Since 1980, WHO was apprehensive about the possibility of an outbreak as the vaccinia vaccine for smallpox was discontinued [34]. Monkeypox is caused by the poxviridae family, which is a double-standard deoxyribonucleic acid virus. The poxviridae family further has two subfamilies, Chordopoxvirinae and Entomopoxvarinae. Monkeypox virus belongs to the chordopoxvirinae subfamily and the genus Orthopoxvirus. The other poxvirus species which cause human infections are varied (smallpox), cowpox, Alaska pox, Yaba monkey tumor virus, pseudocowpox virus, buffalo pox, and molluscum contagiosum viruses. The major hosts of poxviruses are rodents, rabbits, and non-human primates. It has also been commented that the virus must have evolved since past outbreaks, considering the new symptomatology, broader geographical spread, and diverse population involvement [35].

Non-immunization with the smallpox vaccination, residing in forested regions, male sex, age less than 15 years, and high-risk sexual preferences are all associated with an increased risk of infection [36]. Male sex was also identified as a risk factor in our review.

Clinical features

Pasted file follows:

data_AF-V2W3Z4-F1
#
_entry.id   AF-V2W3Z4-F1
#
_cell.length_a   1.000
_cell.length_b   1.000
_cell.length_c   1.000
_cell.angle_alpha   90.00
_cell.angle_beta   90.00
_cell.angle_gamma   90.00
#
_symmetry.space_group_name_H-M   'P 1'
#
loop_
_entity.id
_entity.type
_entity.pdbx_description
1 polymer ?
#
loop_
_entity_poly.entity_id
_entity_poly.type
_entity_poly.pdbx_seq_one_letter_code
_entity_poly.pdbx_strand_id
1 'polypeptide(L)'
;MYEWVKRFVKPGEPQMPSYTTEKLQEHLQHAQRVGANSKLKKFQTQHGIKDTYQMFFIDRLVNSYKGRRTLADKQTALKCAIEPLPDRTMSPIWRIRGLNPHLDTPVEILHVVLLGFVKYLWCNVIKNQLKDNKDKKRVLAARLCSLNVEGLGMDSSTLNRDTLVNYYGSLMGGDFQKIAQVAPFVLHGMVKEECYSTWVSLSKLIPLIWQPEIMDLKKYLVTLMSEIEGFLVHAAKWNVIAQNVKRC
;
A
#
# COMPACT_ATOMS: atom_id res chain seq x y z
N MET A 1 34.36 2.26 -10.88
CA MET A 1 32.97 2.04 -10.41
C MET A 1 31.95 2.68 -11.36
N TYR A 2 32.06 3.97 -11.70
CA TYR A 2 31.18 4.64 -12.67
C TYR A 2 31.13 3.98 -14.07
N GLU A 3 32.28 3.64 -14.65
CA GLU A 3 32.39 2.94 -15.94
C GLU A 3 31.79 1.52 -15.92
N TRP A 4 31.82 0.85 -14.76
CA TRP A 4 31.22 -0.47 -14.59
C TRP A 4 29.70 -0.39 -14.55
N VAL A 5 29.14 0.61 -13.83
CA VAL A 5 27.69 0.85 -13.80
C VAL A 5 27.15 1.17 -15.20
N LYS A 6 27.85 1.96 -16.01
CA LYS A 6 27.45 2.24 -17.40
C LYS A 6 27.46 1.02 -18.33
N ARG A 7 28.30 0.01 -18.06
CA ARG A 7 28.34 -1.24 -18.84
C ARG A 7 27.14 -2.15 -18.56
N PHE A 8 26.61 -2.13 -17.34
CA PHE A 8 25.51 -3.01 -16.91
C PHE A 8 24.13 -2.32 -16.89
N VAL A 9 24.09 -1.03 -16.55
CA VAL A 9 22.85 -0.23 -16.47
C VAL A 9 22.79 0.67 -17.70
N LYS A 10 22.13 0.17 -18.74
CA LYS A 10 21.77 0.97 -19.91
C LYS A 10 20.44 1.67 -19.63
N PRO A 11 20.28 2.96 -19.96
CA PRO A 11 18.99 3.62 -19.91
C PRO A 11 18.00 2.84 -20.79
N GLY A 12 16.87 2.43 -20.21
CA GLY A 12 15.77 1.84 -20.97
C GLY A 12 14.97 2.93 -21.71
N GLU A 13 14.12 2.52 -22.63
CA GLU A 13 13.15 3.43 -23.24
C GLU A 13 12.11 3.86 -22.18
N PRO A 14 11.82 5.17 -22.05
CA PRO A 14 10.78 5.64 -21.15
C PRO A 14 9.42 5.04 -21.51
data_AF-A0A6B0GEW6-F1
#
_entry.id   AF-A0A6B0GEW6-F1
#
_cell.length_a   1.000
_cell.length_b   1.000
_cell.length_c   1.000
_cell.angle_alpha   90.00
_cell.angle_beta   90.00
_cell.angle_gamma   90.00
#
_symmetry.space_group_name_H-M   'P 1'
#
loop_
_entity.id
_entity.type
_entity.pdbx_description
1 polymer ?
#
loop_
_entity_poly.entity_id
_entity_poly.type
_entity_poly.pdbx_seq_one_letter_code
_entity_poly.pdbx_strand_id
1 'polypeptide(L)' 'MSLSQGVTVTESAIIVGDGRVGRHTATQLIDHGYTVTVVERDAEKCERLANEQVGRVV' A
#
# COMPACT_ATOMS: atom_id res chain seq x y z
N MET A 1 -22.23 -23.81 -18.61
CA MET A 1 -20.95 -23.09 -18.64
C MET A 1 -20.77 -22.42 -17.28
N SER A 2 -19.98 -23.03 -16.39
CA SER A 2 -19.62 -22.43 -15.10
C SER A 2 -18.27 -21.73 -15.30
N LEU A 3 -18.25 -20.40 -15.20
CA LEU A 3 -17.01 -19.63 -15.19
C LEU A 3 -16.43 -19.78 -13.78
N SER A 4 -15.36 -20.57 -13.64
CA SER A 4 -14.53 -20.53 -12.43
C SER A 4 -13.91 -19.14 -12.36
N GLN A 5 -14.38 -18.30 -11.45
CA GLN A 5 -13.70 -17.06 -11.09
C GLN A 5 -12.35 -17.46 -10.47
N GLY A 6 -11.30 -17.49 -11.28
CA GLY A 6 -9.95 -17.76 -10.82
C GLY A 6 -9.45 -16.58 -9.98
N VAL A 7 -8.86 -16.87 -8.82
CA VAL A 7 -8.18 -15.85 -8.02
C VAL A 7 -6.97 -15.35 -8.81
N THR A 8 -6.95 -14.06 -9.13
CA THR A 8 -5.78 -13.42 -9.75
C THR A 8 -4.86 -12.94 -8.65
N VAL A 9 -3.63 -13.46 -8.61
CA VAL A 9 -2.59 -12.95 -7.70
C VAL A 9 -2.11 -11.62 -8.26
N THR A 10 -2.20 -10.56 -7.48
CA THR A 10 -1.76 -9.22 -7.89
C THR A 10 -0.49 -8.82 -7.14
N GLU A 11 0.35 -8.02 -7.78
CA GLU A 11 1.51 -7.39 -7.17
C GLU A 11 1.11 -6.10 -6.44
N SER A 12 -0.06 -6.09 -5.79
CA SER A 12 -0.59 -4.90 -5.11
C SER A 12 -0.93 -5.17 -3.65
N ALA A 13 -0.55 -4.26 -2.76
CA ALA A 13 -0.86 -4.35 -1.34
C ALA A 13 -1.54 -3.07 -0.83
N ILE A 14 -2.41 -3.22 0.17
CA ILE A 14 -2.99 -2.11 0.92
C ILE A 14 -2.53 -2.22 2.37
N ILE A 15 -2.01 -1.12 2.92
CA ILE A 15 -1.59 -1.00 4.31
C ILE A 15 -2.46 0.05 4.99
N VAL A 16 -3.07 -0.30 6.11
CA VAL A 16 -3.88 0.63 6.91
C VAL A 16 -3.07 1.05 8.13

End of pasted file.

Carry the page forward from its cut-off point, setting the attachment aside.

Clinically, in the present outbreak, patients commonly have genital and/or oral ulcers without systemic illness [6, 7]. The systemic manifestations are fever, headache, sore throat, back pain, and fatigue. These can also occur after the rash appears; however, more commonly, they are seen before the rash. The incubation period is 6 to 13 days, extending from 5 to 21 days [14]. The rash characteristically starts as 2–5-mm macules and progresses to a papule, vesicle formation, and pseudo pustular stages in a week to 2 weeks. These pseudo pustules are well-circumscribed, deep-seated, and umbilicated. The main sites involved are anogenital and perioral areas with few lesions on the trunk and limbs in the present outbreak. The genital lesions in men can present with paraphimosis and necrotic crusts. The rectal lesions cause proctitis with pain on defecation as the presenting symptom. Oral mucosa, tongue, pharyngeal wall, and tonsils can have ulcers with central depression. The rash is similar in appearance to smallpox, secondary syphilis, herpes simplex, and chickenpox infections [11].